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Could meaningful criminal justice reform finally be on the way?  It seems possible.

The latest sign of progress came this morning, when the American Civil Liberties Union filed a lawsuit against Fresno County, California, alleging that its public defenders are “shouldering caseloads that make it impossible for even the most skilled attorneys to provide meaningful and effective representation to their indigent clients.” As a result, it argues that these defendants are being “systematically denied their constitutional rights to meaningful representation,” as clearly provided in the sixth amendment.

An average public defender in the county handles 612 cases a year, according to the lawsuit. The National Advisory Commission on Criminal Justice Standards and Goals, which consists of federal legal guidelines, state that the absolute maximum should be 150 per year, per attorney.

The new lawsuit comes less than a month after the group filed a separate class action suit against the state of Idaho for the exact same allegations.

The ACLU's two lawsuits are part of a much larger bipartisan movement centered around reforming fair process and sentencing standards—Sixth Amendment issues that disproportionately affect people of color and the poor.


The movement has even attracted the Koch Brothers, the biggest names in conservative fundraising circles, to the cause. Last October, Koch Industries gave a six-figure grant to support efforts by the National Association of Criminal Defense Lawyers’ (NACDL) address what it calls the nation’s public defense “crisis.”

Inmates at the Mule Creek State Prison in California live in overcrowded conditions. (Photo by Justin Sullivan/Getty Images)
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“I think what we’re seeing is a consensus on criminal justice reform emerge,” Norman Reimer, executive director of the NACDL, told Fusion. “President Obama just commuted some sentences [this week], and he has gotten support on those efforts from [the Koch brothers]. I think the old formula of ‘we gotta be tough on crime’ is giving way to a much more broad view that we actually have to be smart about what we do with respect to crime.”


“We’ve been working on indigent defense reform for a long, long time, but [the Kochs'] support has allowed us to increase the work that we are doing in that area,”  Reimer said.

The conservative viewpoint on the criminal justice reform emphasizes that spending more on public defenders and less on massive prison populations will decrease the size of government overall, which is perfectly in line with the conservative worldview.

Notably, the Senate Judiciary Committee held its first-ever meeting on the right to counsel for indigent (poor) defendants who are charged with misdemeanors in May. The meeting was convened by Republican Senator Chuck Grassley, who said at the time: “These constitutional violations cause serious repercussions… It hurts [defendants]. It hurts the economy. It hurts all of us.”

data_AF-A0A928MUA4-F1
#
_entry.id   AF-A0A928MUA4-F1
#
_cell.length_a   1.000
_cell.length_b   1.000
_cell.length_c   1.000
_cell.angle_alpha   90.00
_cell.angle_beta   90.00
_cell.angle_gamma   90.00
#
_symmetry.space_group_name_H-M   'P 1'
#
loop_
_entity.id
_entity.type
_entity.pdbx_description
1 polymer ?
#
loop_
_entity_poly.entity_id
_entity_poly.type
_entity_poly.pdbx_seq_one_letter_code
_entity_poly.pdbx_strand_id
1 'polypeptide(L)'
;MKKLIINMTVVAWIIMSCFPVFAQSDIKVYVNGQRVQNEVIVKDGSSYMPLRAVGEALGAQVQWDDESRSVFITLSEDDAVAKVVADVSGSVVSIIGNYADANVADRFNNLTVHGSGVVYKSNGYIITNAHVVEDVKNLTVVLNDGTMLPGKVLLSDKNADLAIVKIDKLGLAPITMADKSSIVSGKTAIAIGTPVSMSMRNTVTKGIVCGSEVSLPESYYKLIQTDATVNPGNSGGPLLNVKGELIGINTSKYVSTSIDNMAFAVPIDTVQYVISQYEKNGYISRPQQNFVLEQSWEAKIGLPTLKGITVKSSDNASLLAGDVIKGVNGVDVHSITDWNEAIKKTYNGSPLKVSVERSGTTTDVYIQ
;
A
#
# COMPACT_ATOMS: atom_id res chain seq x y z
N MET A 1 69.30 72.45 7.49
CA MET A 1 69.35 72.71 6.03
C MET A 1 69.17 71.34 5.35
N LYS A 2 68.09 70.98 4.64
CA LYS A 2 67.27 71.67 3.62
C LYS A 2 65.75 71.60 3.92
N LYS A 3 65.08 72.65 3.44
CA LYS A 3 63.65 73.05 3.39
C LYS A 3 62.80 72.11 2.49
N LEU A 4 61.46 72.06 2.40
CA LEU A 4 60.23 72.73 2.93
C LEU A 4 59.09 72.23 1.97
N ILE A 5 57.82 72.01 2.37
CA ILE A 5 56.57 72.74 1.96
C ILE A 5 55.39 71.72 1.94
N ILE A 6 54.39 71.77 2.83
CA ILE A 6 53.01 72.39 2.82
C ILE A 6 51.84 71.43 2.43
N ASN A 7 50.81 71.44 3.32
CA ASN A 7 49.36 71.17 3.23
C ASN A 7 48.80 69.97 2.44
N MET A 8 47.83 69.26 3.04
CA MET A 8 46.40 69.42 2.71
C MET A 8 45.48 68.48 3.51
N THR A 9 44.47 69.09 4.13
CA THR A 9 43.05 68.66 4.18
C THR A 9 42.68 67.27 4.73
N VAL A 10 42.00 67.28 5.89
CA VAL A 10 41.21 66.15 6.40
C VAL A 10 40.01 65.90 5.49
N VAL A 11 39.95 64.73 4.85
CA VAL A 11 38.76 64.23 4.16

In a joint op-ed released last week, Anthony Romero, executive director of the American Civil Liberties Union, and Mark Holden, general counsel for Koch Industries, endorsed a new bipartisan bill aimed at reducing “America’s ballooning, costly and ultimately unjust federal sentencing and corrections system.”

Other major events have spurred further action and dialogue. A few short days after Kalief Browder, who served three years on Riker's Island waiting to be convicted for a crime, committed suicide, Republican presidential hopeful Rand Paul urged more members of his party to speak up about the injustice, in addition to offering condolences to Bowder's family.


"If we become the party that cares about the Sixth Amendment as much as we do the Second Amendment, we’re going to dominate," Paul said.

Browder's case, which received nationwide attention, ignited passions and has already brought about a proposed reform of New York City's cash bail system, laid out last week by Mayor Bill de Blasio, a Democrat.

President Obama seems to have latched onto the thread. "Over the last few years a lot of people have become aware of the inequities in the criminal justice system," Obama said in a video in which he announced the commutation of 46 inmates on Monday. "Right now, with our overall crime rate and incarceration rate both falling, we're at a moment when some good people in both parties, Republicans and Democrats and folks all across the country, are coming up with ideas to make the system work smarter and better."


Continuing in that stride, on Obama called on members of Congress to reform federal sentencing regulations while giving a speech at the NAACP’s annual convention in Philadelphia on Tuesday.

Later this week, Obama will become the first sitting president to visit a federal prison.

“You know, having the world’s largest prison population is really not good for the country,” said the NACDL’s Reimer.


That much is clear. But now there’s reason to be optimistic that Washington is finally opening its eyes to the obvious.

Daniel Rivero is a producer/reporter for Fusion who focuses on police and justice issues. He also skateboards, does a bunch of arts related things on his off time, and likes Cuban coffee.